Economy, Business And Markets

Bank Melli Says European Banks in Contact

Bank Melli Says European Banks in ContactBank Melli Says European Banks in Contact

A number of European banks have made contact with banks in Iran after the nuclear framework agreement was reached between Iran and the P5+1 (five permanent members of the UN Security Council plus Germany) on April 2 in Lausanne, Switzerland, According to a senior banking official.

"This week, a European bank is bound to start preliminary negotiations with a number of Iranian banks," said Gholam Reza Panahi, Bank Melli foreign exchange deputy manager. He did not however name any of the banks.  

The official said that Bank Melli is ready to expand its services once western sanctions are lifted. The services include "setting up overseas branches, money transferring, international banking services that can ease imports and exports of goods, and brokerage services including foreign exchange transfers," IRNA reported citing the banker.

Nuclear-related sanctions bar Iranian banks from cooperating with multinational banks. The recent agreement, which is expected to be finalized by June 30, is expected to remove all sanctions imposed by the EU and US as well as the resolutions adopted by the UN Security Council over Tehran’s nuclear program.

New reports suggest that Belgium-based Society for Worldwide Interbank Financial Telecommunication; SWIFT, has started talks with Iranian banks to resume cooperation.

The company that provides global electronic banking systems has already held a series of meetings with Iranian private banks, Tabnak News Agency reported.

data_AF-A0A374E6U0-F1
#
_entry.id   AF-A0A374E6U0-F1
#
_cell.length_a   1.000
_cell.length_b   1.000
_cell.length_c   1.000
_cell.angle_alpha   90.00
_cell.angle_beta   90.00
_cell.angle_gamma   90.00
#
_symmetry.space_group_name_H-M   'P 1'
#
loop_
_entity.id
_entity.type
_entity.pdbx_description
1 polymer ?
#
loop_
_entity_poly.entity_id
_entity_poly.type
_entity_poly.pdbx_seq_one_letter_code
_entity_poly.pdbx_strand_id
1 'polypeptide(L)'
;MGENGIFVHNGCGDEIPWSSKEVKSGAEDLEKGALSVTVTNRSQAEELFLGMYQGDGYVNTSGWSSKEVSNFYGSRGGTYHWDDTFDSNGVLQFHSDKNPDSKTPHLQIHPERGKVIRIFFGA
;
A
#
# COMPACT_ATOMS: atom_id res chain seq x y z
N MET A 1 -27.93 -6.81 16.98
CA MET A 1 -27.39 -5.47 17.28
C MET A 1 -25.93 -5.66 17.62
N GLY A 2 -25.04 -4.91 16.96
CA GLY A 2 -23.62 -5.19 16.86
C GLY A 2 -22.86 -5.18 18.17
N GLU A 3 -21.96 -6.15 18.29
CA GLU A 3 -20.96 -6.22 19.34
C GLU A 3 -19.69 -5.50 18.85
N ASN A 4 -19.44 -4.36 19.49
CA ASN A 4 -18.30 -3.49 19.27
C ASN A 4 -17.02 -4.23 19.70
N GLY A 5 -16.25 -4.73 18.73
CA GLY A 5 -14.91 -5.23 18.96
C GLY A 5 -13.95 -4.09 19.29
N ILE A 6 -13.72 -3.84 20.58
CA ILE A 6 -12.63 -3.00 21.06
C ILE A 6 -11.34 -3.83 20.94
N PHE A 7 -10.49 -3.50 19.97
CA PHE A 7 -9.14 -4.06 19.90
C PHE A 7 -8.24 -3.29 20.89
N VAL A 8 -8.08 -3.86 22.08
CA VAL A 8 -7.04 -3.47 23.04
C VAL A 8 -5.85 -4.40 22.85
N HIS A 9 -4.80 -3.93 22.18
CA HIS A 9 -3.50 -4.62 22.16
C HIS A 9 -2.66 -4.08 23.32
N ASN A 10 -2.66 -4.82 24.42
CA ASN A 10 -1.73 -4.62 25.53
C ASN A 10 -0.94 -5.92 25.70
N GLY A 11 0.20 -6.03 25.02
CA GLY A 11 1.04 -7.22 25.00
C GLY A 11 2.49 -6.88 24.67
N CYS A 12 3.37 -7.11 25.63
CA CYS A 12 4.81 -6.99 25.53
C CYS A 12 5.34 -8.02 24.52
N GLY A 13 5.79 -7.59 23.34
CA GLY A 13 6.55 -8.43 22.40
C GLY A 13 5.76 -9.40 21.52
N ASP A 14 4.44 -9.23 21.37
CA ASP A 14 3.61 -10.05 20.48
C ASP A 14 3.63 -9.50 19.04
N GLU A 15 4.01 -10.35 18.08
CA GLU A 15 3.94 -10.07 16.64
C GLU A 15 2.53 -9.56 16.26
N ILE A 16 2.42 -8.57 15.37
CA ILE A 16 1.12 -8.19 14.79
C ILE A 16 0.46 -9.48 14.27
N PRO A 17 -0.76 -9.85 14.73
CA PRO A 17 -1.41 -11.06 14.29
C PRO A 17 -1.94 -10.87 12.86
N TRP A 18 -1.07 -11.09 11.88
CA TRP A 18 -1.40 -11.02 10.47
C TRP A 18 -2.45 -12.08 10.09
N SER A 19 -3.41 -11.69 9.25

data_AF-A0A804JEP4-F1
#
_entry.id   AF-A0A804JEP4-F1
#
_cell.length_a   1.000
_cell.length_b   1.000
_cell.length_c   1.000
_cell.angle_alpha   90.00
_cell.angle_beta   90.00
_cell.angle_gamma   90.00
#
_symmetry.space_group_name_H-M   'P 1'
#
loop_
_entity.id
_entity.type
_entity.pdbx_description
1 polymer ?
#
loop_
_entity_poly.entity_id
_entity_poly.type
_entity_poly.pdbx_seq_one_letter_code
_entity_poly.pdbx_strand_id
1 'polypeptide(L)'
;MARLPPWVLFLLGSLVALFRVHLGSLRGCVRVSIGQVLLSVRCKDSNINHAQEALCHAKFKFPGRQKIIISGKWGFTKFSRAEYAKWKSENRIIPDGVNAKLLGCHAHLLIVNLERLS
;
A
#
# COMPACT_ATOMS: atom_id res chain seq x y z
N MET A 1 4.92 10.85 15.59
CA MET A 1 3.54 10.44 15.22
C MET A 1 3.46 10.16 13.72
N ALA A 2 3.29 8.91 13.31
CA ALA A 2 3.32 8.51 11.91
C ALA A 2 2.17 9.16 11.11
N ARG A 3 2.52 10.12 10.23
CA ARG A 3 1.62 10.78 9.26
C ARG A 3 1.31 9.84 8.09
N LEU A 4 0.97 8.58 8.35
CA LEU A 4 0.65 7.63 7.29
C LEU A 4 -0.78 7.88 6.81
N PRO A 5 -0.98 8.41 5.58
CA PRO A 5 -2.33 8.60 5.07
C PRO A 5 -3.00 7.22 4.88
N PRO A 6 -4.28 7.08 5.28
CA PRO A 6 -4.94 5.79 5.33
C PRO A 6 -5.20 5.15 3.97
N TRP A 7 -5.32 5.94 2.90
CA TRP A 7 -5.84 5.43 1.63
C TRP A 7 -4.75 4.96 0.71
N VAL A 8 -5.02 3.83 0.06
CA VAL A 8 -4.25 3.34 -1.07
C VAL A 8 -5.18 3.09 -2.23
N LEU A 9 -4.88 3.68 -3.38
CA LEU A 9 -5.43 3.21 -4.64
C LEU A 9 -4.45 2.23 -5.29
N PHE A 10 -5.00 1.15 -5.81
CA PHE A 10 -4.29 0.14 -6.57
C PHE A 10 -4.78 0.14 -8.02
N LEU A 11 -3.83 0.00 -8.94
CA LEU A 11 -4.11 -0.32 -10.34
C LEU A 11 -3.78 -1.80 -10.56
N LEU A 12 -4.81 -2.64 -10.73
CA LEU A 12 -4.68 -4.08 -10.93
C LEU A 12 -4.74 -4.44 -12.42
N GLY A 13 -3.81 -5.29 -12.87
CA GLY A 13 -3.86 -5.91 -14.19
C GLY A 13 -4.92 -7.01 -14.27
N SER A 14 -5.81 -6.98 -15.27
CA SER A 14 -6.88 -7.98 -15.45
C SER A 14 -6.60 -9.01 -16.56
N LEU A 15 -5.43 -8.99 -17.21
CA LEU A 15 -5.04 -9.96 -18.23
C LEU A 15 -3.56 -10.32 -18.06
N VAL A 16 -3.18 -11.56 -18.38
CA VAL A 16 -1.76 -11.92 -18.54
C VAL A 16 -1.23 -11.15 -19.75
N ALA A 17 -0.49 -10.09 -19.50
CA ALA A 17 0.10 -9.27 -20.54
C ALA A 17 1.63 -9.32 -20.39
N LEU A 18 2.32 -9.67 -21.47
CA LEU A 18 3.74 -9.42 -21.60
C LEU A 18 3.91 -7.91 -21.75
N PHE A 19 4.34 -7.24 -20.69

In March 2012, SWIFT expelled as many as 30 Iranian financial institutions following US-led sanctions against Iran over its nuclear energy program.

On the issue of foreign exchange the official said that the amount of forex which will enter the country depends on the amount of exports. If trade conditions are eased, non-oil exports will consequently increase, he added.

It had been projected that after the framework deal, most foreign currencies would sharply depreciate against the rial, an expectation which did not come true.

“Fluctuations in the currency market depend on realistic economic variables and market needs,” not the nuclear agreement, Panahi said.

“The Central Bank of Iran (CBI) acts as the major regulator of the market” he said, explaining that supply and demand are key to price. With the correct supervision of the CBI, during the past year which ended March 21, foreign exchange rate fluctuations were effectively controlled and stabilized.